Pondicherry-based Italian chef Antonello Giglio is making delicious handmade pizzas and pastas at Oberoi Threesixty in Delhi till April 24. Go while you still can for this rare, authentic treat.
Pizza and pasta are seen as the idli and dosa of Italian food. Or, through a North Indian prism, the butter chicken and dal makhni. Little do we realise that these ubiquitous ambassadors of Italian food can be elevated to high culinary art — when executed well and the traditional way.
Chef Antonello Giglio ticks all those boxes (and more). The Pondicherry-based chef, originally from Torino, is serving up an array of handmade pizzas and pastas at Oberoi New Delhi’s Threesixty restaurant till April 24. My advice to you would be: cancel all your weekend plans and rush to Oberoi Threesixty while you still have the chance. You should only let a true-blue Italian chef satisfy your pizza and pasta cravings. And let’s admit it, we all have them.
Chef Antonello is an Aurovillian through and through and his food philosophy reflects that. It’s all about simple, fresh ingredients and an organic, sustainable and healthy approach to cooking. Predictably, nothing’s out of a can here. The sauces are made with fresh tomatoes and then married to fresh, artisanal pasta. Even the pizza sauce is not pre-cooked before being applied to the pizza base.
To the pizzas then. They are made with the finest Caputo flour from Italy. Rich in protein, the dough is made the day before to develop the gluten nicely. The result is gorgeous, fluffy Neapolitan-style pizzas, not the thin-crust variety that we’ve learnt to love (or endure). The centre of these hand-shaped pizzas is indeed on the flatter side, but the edges puff up gloriously and emerge blistered from the oven. The rustic sophistication is endearing.
I tried a classic Margherita from the vegetarian section of the menu and, at Chef Antonello’s suggestion, the Salami and Gorgonzola from the non vegetarian. Both were sublime and I didn’t find myself reaching for the Italian seasoning or chilli flakes. The amount of cheese was just right, and the crust was chewy and flavourful. There were other tempting combinations like Bianco (ricotta, mozzarella, fresh basil, cherry tomatoes, balsamic vinegar) and Siciliana (pesto of arugula, toasted almond, garlic, olive oil, capers, cherry tomatoes, fresh mozzarella). There was also a Barbeque Ham and Pista (fresh tomato sauce, mozzarella, ham and pistachio) which the chef assured me is a huge hit in Pondicherry.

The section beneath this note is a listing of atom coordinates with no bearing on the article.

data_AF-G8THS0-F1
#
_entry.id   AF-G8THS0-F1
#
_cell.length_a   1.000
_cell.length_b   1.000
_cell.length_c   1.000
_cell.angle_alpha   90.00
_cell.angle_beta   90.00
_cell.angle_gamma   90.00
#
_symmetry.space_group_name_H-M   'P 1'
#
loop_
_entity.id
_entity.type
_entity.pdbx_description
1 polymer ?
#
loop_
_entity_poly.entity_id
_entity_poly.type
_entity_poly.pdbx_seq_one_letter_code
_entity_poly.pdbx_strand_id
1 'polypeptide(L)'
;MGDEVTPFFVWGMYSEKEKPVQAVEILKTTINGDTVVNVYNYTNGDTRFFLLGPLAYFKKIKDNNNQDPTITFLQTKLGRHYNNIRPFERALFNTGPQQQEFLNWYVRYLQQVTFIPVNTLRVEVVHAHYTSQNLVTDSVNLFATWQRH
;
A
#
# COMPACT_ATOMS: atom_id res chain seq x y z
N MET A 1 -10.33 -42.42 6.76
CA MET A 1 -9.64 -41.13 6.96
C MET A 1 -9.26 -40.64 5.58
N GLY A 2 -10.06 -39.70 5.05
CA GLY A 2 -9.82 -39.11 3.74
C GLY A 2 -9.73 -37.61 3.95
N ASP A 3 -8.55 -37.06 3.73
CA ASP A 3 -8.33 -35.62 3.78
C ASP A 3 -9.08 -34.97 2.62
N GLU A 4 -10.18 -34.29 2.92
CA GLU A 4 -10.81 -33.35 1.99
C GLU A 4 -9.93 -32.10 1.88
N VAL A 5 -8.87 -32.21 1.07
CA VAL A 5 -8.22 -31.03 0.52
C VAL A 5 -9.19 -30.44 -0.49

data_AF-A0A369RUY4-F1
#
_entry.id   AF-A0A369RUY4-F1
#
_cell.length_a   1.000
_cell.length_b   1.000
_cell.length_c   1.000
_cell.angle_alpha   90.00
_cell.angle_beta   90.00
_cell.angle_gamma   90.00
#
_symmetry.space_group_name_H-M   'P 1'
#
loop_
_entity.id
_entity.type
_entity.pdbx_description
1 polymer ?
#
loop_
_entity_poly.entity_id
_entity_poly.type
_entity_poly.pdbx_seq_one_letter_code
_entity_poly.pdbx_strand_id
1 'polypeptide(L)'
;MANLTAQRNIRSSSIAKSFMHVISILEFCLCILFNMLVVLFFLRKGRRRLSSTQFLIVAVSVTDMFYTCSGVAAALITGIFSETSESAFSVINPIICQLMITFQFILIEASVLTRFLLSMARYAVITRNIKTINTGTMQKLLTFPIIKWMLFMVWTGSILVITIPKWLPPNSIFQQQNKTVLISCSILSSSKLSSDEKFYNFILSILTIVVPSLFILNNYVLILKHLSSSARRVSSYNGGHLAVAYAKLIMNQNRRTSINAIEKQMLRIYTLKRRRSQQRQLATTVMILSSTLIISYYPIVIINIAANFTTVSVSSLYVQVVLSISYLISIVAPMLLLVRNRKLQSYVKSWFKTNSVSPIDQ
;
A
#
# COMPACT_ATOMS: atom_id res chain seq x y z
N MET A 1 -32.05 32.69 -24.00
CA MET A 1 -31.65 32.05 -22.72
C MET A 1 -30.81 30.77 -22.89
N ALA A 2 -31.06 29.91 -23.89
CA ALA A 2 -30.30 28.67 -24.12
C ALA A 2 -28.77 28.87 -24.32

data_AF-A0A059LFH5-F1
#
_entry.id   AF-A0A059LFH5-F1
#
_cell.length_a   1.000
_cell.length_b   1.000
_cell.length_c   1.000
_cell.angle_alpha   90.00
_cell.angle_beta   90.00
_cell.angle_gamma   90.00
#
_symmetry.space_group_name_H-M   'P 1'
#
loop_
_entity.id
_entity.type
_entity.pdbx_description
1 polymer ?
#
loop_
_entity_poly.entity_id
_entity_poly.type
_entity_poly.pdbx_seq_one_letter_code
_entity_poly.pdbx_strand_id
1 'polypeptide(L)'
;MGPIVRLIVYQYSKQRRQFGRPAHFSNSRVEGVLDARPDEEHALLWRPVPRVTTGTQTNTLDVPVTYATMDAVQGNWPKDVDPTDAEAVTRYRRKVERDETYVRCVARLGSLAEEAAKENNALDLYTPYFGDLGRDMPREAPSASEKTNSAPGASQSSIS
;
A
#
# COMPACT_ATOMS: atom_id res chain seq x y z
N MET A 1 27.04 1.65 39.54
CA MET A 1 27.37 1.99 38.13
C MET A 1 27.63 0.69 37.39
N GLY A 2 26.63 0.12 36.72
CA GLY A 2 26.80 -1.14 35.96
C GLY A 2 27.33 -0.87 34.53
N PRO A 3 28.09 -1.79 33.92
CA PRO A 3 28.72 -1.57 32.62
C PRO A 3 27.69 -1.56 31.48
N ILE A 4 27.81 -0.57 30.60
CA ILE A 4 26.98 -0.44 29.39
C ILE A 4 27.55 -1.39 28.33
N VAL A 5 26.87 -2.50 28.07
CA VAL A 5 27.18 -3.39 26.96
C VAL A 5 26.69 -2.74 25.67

Chef Antonello does ship his artisanal dried pastas, made from durum wheat semolina, across India under his brand Gastronomica, but they may already be available in your neighbourhood gourmet store. At the Oberoi Threesixty, it’s all fresh pasta, of course (a select few restaurants in southern India do rely on a supply of his fresh pasta).
The chef told me he would give an arm and a leg to be able to make his fresh tomato sauces with San Marzano tomatoes, but from the looks of it, he’s doing pretty well with the produce he is getting in India.
On to the pastas. The Handmade Linguine in Red Sauce reminded me yet again that the Italians do not drown their pastas in sauce — or unnecessary flavours.
There was a tempting seafood pasta — the pizza section has a seafood counterpart as well — the Spaghetti Frutti Di Mare, the fruit of the seas consisting of calamari, prawn and fish. I, however, opted for the Handmade Tagliatelle, one of my favourite pasta shapes. It came in a divine ragu sauce of lamb and pork, slow cooked in red wine and tomatoes. Nothing was drowning in anything.
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The crowning glory, however, was the Vegetarian Gnocchi with Potato, a multi-coloured creation that came in a subtle yet moreish cheese and brown butter sauce. Carb and fat hit the pan together. What more can you ask for?
Such a fine Italian meal could have only one acceptable conclusion — food coma by tiramisu. Threesixty’s rather alcoholic (which, as we know, is always a good thing) version arrived, after which an Americano woke me up enough to haul myself home!
The meal that Chef Antonello rustled up with so much love reminded me, yet again, why we all adore Italian food. The deceptively plain dishes rely on fresh, simple flavours to elevate any meal. Good food really doesn’t need to be more than this: no drowning in spices, no weird chemistry experiments on the table. Just honouring the time tested adage: don’t fix what ain’t broke.